The Cider House Rules by John Irving is a masterpiece. Set in rural Maine, it is tells the story of Dr. Larch, an ether addict and abortionist and Homer Wells an orphan at the orphanage run by Dr. Larch. St. Cloud is an orphanage with a difference, Dr. Larch runs the orphanage with care for his young charges. He also performs abortions (an illegal action at the time), offering women a choice. Homer develops a father son relationship with Dr. Larch, the older man caring for and training the younger. While Dr. Larch is clearly pro-choice, Homer is opposed to abortion. He leaves the orphanage with a young couple, finds love, breaks his heart and ultimately faces hard choices and trying circumstances. But this book is so much more! It has great heart. Irving imbues his characters with passion, gives them moral dilemmas, and asks significant questions. He also entertains. John Irving can be very funny. To write a novel on such an explosive topic with such a deft touch is genius.
— Deon Stonehouse
"AN OLD-FASHIONED, BIG-HEARTED NOVEL . . . with its epic yearning caught in the 19th century, somewhere between Trollope and Twain . . . The rich detail makes for vintage Irving."
--The Boston Sunday Globe "The Cider House Rules is filled with people to love and to feel for. . . . The characters in John Irving's novel break all the rules, and yet they remain noble and free-spirited. Victims of tragedy, violence, and injustice, their lives seem more interesting and full of thought-provoking dilemmas than the lives of many real people."
--The Houston Post "John Irving's sixth and best novel . . . He is among the very best storytellers at work today. At the base of Irving's own moral concerns is a rare and lasting regard for human kindness."
--The Philadelphia Inquirer "Entertaining and affecting . . . John Irving is the most relentlessly inventive writer around. He proliferates colorful incidents and crotchets of character. . . . A truly astounding amount of artistry and ingenuity."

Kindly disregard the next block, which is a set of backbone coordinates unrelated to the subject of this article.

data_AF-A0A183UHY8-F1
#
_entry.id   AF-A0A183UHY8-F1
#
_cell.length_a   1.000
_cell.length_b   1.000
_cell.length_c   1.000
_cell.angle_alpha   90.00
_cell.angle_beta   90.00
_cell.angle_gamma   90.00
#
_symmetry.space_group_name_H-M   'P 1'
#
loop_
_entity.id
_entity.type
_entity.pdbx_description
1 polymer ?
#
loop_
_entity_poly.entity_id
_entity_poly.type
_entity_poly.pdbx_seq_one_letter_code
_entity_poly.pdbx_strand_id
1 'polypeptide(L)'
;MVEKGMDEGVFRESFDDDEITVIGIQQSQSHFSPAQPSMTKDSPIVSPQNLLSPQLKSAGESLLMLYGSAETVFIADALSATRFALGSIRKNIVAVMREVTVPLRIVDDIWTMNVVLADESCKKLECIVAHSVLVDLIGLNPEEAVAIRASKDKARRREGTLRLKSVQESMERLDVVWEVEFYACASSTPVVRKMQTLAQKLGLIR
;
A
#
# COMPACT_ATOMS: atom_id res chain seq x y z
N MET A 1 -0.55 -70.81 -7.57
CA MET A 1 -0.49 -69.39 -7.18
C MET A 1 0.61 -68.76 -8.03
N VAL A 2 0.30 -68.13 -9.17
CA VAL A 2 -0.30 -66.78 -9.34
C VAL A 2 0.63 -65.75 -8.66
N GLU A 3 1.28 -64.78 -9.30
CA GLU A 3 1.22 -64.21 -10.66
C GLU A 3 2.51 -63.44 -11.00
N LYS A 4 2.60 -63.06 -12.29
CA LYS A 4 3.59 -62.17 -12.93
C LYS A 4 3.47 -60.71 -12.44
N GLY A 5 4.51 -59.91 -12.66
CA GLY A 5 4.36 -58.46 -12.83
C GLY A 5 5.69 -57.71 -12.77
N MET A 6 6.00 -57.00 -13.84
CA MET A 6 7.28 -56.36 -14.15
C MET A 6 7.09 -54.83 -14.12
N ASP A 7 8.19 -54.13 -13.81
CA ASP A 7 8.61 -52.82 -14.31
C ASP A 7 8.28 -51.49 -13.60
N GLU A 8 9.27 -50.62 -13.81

--The San Diego Union.
About the Author
JOHN IRVING was born in Exeter, New Hampshire, in 1942. His first novel, Setting Free the Bears, was published in 1968, when he was twenty-six. He competed as a wrestler for twenty years, and coached wrestling until he was forty-seven. Mr. Irving has been nominated for a National Book Award three times--winning once, in 1980, for his novel The World According to Garp. He received an O. Henry Award in 1981 for his short story "Interior Space." In 2000, Mr. Irving won the Oscar for Best Adapted Screenplay for The Cider House Rules. In 2013, he won a Lambda Literary Award for his novel In One Person. An international writer--his novels have been translated into more than thirty-five languages--John Irving lives in Toronto. His all-time best-selling novel, in every language, is A Prayer for Owen Meany. Avenue of Mysteries is his fourteenth novel. From the Trade Paperback edition.
"Superb in scope and originality, a novel as good as one could hope to find from any author, anywhere, anytime. Engrossing, moving, thoroughly satisfying."